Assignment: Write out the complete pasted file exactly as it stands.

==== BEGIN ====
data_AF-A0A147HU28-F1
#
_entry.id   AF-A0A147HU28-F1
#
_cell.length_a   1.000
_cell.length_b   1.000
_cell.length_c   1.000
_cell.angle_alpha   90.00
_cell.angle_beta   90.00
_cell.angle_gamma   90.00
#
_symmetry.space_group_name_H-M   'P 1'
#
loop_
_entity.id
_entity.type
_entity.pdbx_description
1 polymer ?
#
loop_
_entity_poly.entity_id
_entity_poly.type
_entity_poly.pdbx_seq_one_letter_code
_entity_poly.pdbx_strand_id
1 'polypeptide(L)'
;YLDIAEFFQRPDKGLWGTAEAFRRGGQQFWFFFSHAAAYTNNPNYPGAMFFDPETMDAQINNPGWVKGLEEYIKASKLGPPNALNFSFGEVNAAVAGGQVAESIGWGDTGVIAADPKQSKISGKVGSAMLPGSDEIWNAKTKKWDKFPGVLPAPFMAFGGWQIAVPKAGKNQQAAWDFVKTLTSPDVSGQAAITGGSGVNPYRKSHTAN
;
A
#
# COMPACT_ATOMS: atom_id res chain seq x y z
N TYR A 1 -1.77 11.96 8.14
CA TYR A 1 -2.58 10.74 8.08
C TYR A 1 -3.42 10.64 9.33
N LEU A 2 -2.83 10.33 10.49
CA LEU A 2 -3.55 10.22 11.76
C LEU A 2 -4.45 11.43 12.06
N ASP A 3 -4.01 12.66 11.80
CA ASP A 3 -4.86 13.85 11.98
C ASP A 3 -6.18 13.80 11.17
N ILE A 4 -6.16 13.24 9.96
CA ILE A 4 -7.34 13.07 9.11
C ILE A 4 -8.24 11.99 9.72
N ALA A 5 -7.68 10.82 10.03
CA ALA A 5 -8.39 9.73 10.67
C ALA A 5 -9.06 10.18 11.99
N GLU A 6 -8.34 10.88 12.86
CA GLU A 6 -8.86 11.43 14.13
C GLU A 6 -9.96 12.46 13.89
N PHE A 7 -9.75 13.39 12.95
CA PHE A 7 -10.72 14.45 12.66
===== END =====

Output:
data_AF-A0A147HU28-F1
#
_entry.id   AF-A0A147HU28-F1
#
_cell.length_a   1.000
_cell.length_b   1.000
_cell.length_c   1.000
_cell.angle_alpha   90.00
_cell.angle_beta   90.00
_cell.angle_gamma   90.00
#
_symmetry.space_group_name_H-M   'P 1'
#
loop_
_entity.id
_entity.type
_entity.pdbx_description
1 polymer ?
#
loop_
_entity_poly.entity_id
_entity_poly.type
_entity_poly.pdbx_seq_one_letter_code
_entity_poly.pdbx_strand_id
1 'polypeptide(L)'
;YLDIAEFFQRPDKGLWGTAEAFRRGGQQFWFFFSHAAAYTNNPNYPGAMFFDPETMDAQINNPGWVKGLEEYIKASKLGPPNALNFSFGEVNAAVAGGQVAESIGWGDTGVIAADPKQSKISGKVGSAMLPGSDEIWNAKTKKWDKFPGVLPAPFMAFGGWQIAVPKAGKNQQAAWDFVKTLTSPDVSGQAAITGGSGVNPYRKSHTAN
;
A
#
# COMPACT_ATOMS: atom_id res chain seq x y z
N TYR A 1 -1.77 11.96 8.14
CA TYR A 1 -2.58 10.74 8.08
C TYR A 1 -3.42 10.64 9.33
N LEU A 2 -2.83 10.33 10.49
CA LEU A 2 -3.55 10.22 11.76
C LEU A 2 -4.45 11.43 12.06
N ASP A 3 -4.01 12.66 11.80
CA ASP A 3 -4.86 13.85 11.98
C ASP A 3 -6.18 13.80 11.17
N ILE A 4 -6.16 13.24 9.96
CA ILE A 4 -7.34 13.07 9.11
C ILE A 4 -8.24 11.99 9.72
N ALA A 5 -7.68 10.82 10.03
CA ALA A 5 -8.39 9.73 10.67
C ALA A 5 -9.06 10.18 11.99
N GLU A 6 -8.34 10.88 12.86
CA GLU A 6 -8.86 11.43 14.13
C GLU A 6 -9.96 12.46 13.89
N PHE A 7 -9.75 13.39 12.95
CA PHE A 7 -10.72 14.45 12.66